It's my birthday today; for far my best gifts have been an unexpected visit from an out-of-town friend, a trip to Point Reyes on Saturday (foggy but beautiful), and a great conversation with my dad this morning. We reminisced about when I had a bit part in "An Affair to Remember" as a teen viola player. (He was thinking of the film and my role in it partly because his retirement community showed it last night.) I remember playing on the sets, and doing homework with other children since all young actors had to spend at least half the day on the set doing school assignments. My trumpet-player friend Glen Sallow (sp?) was in the film with me, as was a very cute female schoolmate who played some sort of percussion instrument (cymbal?). Our classroom was the area around the fountain which appears in the film as part of Cary Grant's mother's villa.
Our best day was the first, when we found a whole village set, and we walked the streets from Chinatown to the Old West to New York all within a few steps of each other -- every time you turned a corner, you were in a different "locale". But when the studio realized we were playing in this particular set, they stopped us because the whole village was about to fall down, and they worried for our safety.
Deborah Kerr actually conducted our little scene, but she must not have had much musical training (I heard later that another singer dubbed the songs she seemed to sing); when you conduct an orchestra in 4/4 time, you move your hand in a sort of X pattern -- up for the starting beat of the measure, down for the second beat, up and to the side for the third beat, horizontally for the fourth beat, then back to the top for the start of the next beat. Kerr couldn't stay consistent even with four beats per measure, so we had to ignore her and just play in time to the pre-recorded soundtrack.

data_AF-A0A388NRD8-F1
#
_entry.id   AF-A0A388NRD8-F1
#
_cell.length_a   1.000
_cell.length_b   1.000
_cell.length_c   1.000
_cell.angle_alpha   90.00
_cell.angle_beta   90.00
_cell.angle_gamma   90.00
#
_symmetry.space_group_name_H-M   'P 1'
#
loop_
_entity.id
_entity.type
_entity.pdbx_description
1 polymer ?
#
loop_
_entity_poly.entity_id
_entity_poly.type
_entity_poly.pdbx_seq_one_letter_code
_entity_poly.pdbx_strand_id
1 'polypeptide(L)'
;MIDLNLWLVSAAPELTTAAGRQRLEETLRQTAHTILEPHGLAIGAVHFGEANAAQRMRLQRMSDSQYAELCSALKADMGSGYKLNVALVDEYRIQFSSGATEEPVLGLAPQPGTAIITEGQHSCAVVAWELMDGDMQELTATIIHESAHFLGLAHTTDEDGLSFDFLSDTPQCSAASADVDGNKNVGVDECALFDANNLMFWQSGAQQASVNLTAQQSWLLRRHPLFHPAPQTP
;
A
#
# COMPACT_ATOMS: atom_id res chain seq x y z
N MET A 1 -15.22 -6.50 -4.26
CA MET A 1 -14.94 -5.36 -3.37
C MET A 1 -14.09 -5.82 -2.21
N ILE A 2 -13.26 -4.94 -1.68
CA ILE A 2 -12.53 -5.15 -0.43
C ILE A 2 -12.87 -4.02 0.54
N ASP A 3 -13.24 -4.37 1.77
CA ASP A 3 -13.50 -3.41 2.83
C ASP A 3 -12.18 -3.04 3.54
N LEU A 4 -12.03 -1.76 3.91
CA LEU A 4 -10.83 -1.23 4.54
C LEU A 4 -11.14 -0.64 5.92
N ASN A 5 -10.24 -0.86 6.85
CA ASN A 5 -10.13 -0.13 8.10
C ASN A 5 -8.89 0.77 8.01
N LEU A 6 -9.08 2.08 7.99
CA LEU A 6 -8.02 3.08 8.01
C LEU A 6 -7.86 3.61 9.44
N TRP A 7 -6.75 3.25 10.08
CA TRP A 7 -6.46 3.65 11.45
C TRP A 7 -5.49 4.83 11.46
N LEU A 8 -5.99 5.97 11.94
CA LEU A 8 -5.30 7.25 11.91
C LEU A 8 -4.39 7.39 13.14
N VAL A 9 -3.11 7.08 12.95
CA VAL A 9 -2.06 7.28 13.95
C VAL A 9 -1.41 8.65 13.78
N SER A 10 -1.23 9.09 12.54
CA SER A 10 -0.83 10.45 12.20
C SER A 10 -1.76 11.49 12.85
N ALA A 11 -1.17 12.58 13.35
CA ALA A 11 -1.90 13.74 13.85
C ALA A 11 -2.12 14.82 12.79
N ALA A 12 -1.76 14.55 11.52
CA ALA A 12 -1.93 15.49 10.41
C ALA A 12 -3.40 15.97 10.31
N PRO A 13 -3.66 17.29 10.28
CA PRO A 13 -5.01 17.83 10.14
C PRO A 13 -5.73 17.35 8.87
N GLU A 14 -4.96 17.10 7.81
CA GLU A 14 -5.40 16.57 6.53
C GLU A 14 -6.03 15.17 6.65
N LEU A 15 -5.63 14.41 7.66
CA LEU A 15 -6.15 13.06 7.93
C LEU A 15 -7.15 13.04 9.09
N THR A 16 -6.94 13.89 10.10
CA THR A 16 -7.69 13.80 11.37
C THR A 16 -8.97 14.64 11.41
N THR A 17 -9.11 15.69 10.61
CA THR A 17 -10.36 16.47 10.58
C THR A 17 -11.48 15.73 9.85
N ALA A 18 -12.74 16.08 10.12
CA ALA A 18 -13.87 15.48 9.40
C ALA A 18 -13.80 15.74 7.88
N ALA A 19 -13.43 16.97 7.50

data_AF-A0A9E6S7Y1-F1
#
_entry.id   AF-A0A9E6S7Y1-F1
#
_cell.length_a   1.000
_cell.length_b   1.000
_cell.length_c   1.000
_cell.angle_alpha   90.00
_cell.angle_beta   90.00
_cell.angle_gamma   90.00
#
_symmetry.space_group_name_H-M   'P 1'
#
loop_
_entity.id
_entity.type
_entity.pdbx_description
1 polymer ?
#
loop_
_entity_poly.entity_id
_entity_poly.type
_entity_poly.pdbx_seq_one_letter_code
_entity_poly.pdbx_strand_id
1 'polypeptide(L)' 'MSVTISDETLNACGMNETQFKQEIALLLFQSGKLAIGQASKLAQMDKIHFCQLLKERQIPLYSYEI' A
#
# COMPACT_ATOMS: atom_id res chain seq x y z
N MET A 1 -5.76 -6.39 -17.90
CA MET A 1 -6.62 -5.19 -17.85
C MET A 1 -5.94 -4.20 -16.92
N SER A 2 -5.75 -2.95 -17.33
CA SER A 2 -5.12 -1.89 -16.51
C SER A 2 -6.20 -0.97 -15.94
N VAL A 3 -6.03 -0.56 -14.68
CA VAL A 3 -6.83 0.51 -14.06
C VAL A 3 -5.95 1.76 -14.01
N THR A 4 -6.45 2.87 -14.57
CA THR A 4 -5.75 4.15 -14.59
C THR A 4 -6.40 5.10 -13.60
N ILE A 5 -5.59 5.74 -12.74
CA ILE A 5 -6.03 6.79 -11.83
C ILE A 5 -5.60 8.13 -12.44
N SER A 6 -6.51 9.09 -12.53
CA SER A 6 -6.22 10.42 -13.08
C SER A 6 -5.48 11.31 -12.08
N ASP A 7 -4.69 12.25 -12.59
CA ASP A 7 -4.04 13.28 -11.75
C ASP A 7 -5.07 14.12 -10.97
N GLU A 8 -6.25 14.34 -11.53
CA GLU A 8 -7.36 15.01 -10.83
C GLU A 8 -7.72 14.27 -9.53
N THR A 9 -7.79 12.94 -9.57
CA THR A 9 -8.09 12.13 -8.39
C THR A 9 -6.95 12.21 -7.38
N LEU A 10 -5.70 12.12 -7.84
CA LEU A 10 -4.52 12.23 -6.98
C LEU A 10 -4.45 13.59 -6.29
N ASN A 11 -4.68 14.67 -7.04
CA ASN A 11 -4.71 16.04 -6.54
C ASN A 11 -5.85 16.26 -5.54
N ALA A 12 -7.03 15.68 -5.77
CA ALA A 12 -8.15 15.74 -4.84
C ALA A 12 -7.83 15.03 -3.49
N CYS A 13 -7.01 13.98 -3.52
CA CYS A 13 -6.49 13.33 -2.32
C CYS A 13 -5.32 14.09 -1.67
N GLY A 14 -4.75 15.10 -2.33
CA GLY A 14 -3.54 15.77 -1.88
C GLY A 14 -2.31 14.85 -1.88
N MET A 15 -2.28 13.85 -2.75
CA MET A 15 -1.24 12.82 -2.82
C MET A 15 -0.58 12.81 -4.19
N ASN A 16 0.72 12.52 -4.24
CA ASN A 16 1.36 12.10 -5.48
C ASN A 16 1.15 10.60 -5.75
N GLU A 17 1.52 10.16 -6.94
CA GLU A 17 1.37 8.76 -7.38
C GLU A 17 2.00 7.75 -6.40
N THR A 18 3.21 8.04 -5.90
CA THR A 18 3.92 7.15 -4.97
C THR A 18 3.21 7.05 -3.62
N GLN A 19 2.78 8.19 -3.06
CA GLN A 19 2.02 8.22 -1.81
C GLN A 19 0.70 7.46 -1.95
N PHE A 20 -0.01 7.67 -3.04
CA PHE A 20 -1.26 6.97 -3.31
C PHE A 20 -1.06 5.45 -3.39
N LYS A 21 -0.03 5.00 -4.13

That was another interesting bit: although you saw us on screen, and we COULD play the song, the orchestra that you hear in the film is a much larger orchestra, of older children plus some adults who were added in for this single recording. We in the VISUAL orchestra rehearsed the tune to the sheet music, then for filming, we had to pretend to play in time while an LP recording of the larger orchestra started up. I had to hold my bow up above my viola strings, never touching; children playing wind and brass instruments had to pretend to blow and just do the fingering. Only the percussionist was allowed to actually play, because nobody could figure out how to fake her part.
I never did get Kerr's autograph -- she signed some one day, then said she had to leave and would be back and sign more, but we never saw her again.
-- Rachel Holmen